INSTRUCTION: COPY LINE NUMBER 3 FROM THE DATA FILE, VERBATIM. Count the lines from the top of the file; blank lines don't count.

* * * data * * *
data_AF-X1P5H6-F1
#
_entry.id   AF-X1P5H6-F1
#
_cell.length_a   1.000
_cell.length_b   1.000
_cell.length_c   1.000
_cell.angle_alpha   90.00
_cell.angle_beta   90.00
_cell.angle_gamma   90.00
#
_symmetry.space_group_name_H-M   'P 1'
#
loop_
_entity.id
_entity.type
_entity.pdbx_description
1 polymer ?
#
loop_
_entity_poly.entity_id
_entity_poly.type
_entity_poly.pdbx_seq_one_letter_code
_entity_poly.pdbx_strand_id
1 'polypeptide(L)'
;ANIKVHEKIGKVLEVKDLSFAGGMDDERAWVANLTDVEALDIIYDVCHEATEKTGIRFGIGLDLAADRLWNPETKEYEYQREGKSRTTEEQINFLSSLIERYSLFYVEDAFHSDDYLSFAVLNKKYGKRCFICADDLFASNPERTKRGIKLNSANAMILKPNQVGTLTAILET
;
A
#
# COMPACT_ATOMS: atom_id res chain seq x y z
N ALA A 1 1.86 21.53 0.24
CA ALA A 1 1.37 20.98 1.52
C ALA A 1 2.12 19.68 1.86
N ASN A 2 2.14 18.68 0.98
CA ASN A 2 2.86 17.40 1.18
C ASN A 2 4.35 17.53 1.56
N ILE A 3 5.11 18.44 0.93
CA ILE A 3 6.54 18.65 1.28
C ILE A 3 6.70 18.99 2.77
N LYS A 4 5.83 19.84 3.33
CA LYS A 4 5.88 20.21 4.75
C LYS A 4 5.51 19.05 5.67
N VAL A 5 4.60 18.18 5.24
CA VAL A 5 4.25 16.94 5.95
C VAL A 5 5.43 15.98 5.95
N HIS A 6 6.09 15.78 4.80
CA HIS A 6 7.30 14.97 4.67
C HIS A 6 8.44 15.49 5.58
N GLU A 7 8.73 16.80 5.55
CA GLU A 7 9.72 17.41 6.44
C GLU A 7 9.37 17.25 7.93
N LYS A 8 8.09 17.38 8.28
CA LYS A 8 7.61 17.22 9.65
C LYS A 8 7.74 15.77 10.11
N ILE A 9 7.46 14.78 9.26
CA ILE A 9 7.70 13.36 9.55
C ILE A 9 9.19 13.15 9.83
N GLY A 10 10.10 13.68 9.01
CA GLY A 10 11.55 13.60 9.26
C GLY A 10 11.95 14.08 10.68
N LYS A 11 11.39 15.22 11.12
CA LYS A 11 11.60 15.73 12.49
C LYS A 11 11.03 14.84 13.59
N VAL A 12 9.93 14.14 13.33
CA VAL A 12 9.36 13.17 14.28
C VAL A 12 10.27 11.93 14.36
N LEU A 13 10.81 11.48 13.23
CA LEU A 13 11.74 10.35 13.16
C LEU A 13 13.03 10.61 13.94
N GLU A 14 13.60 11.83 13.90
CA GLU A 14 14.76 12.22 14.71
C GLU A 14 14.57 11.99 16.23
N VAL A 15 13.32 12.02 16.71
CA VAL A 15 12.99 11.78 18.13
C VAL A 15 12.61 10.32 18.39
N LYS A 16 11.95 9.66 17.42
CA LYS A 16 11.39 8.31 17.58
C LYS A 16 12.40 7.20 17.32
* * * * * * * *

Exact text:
_entry.id   AF-X1P5H6-F1